ANKARA (Reuters) - Turkish President Abdullah Gul said on Saturday it was not possible to ignore the fact that Syria had shot down a Turkish fighter jet and said everything that needed to be done following the incident would be done, Turkish media reported.
“It is not possible to cover over a thing like this, whatever is necessary will no doubt be done,” Gul told reporters from the central Anatolian city of Kayseri.
The Turkish military said it had lost contact with one of its F-4 fighter jets off the southern Turkish coast near Syria on Friday morning and Damascus later acknowledged it had shot the plane down.
Turkish Prime Minister Tayyip Erdogan, who had been returning from a summit in Brazil when the news broke, called an emergency security meeting on his arrival in Ankara and in a statement his office said Ankara would act “decisively” once all the details had emerged.
Syria has said the Turkish aircraft was flying low and well inside Syrian territorial waters when it was shot down. Gul said it was normal for jets to briefly cross into foreign airspace and said a probe into the incident would look at whether in fact it was downed while in Turkish airspace.
“When we think of the speed of these jet planes while flying above the sea, crossing over borders for a short distance and then back again is a little bit routine,” said Gul.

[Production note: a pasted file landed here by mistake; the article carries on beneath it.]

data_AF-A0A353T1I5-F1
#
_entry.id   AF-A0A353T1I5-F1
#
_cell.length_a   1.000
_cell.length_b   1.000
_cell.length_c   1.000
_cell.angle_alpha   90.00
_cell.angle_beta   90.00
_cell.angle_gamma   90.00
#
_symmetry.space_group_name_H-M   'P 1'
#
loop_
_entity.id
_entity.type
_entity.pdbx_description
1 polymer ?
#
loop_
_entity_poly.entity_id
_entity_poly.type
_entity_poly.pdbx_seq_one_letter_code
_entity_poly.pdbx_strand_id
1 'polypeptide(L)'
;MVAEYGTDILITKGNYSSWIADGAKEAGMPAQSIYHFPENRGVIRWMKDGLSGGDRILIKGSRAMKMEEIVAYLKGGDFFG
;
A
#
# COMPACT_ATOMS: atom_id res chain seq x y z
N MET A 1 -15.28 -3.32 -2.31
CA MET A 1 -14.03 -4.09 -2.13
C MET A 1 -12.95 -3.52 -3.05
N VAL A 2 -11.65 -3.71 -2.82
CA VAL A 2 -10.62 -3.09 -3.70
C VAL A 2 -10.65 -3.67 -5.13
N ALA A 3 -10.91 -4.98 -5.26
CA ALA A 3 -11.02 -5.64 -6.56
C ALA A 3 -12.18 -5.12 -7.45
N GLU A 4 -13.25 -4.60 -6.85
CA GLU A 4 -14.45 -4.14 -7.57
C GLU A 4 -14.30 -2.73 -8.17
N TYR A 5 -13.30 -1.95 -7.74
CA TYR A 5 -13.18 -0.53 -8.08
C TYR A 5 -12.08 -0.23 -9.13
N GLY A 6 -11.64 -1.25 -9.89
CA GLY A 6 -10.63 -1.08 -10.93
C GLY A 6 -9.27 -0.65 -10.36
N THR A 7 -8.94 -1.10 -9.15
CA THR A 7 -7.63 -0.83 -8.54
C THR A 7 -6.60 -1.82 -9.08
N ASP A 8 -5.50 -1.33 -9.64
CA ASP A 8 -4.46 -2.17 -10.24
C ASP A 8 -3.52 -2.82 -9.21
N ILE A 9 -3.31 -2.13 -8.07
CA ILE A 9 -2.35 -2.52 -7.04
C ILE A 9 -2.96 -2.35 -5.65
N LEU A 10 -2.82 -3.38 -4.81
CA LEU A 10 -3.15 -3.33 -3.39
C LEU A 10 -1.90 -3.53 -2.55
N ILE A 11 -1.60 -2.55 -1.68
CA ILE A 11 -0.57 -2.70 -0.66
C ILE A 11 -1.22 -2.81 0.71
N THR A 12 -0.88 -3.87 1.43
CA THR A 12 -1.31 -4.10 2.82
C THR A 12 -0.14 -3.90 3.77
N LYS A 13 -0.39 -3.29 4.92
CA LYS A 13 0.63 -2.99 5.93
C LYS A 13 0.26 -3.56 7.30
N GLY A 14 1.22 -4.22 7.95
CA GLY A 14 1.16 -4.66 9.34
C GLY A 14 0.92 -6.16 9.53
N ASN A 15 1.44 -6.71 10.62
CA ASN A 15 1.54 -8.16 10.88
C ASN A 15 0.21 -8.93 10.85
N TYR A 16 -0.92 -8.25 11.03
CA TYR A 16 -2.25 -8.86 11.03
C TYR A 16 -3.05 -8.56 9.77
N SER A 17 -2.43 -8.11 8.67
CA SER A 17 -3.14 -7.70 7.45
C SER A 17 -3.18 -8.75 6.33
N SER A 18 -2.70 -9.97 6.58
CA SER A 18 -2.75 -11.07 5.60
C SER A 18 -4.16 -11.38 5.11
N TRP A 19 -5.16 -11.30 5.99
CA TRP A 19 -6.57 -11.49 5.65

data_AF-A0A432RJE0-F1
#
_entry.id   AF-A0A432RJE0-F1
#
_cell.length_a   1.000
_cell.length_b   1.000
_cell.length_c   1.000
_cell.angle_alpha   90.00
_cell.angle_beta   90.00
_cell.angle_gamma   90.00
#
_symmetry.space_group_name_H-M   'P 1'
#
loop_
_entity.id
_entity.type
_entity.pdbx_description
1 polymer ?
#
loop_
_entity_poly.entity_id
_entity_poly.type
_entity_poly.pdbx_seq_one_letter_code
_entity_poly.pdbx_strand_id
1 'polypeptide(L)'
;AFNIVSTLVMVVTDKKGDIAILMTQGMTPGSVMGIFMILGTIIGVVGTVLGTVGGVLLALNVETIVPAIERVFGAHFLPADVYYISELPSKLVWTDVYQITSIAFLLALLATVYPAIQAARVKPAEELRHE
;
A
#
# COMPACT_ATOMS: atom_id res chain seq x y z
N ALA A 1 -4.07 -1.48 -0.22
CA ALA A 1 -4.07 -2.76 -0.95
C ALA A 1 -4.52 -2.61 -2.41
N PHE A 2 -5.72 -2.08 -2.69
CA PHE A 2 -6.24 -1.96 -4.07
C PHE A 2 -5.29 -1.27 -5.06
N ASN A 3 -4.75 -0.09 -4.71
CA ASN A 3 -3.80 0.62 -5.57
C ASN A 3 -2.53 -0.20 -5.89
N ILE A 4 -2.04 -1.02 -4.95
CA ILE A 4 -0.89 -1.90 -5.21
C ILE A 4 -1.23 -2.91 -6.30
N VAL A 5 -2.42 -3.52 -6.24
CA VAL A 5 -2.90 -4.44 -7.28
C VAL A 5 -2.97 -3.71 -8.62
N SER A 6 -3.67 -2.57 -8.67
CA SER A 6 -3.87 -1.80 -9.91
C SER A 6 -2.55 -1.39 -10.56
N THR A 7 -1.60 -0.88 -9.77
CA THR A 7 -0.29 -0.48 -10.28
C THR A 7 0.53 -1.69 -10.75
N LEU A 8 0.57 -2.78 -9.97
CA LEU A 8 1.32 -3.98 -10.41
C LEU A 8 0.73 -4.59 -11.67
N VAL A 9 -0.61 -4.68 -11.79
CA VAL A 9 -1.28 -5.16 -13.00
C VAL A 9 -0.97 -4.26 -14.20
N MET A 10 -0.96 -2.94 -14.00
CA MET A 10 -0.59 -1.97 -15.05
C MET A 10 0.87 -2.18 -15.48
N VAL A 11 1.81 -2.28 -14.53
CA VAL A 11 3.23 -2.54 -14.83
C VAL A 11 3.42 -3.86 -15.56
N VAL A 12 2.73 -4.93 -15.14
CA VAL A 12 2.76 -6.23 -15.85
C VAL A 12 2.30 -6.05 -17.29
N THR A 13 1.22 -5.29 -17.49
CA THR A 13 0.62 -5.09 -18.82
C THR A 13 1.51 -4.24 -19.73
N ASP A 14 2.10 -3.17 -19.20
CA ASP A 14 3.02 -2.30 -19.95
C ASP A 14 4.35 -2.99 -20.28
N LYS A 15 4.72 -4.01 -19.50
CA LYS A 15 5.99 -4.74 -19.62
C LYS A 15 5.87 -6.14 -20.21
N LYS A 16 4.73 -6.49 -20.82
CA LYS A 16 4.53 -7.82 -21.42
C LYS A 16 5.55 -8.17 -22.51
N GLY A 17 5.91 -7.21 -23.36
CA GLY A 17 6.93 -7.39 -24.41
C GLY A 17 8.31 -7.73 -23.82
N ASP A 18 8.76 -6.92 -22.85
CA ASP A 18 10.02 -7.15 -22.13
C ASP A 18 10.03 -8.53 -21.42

He said because of the serious nature of the incident it was not possible at this stage to give any more detailed statement.
Asked whether Turkey was in contact with Syria over the incident, Gul said telephone contact had been made and said: “Because there is no security there, we withdrew our representatives from Syria. This does not mean there is no contact.”
Gul said Turkish and Syrian forces were still working together to search for the two missing crew of the aircraft.
Ankara, which had drawn close to Syria before the uprising against Syrian President Bashar al-Assad, turned against the Syrian leader when he responded violently to pro-democracy protests inspired by popular upheavals elsewhere in the Arab world.
Turkey now gives refuge to the rebel Free Syrian Army on its frontier with Syria and is sheltering more than 30,000 Syrian refugees.
Ankara has previously floated the possibility of setting up some kind of safe haven or humanitarian corridor inside Syria, which would entail military intervention, but has said it would undertake no such action without U.N. Security Council approval.
Turkey has said, however, that Assad must step down.
Editing by Alison Williams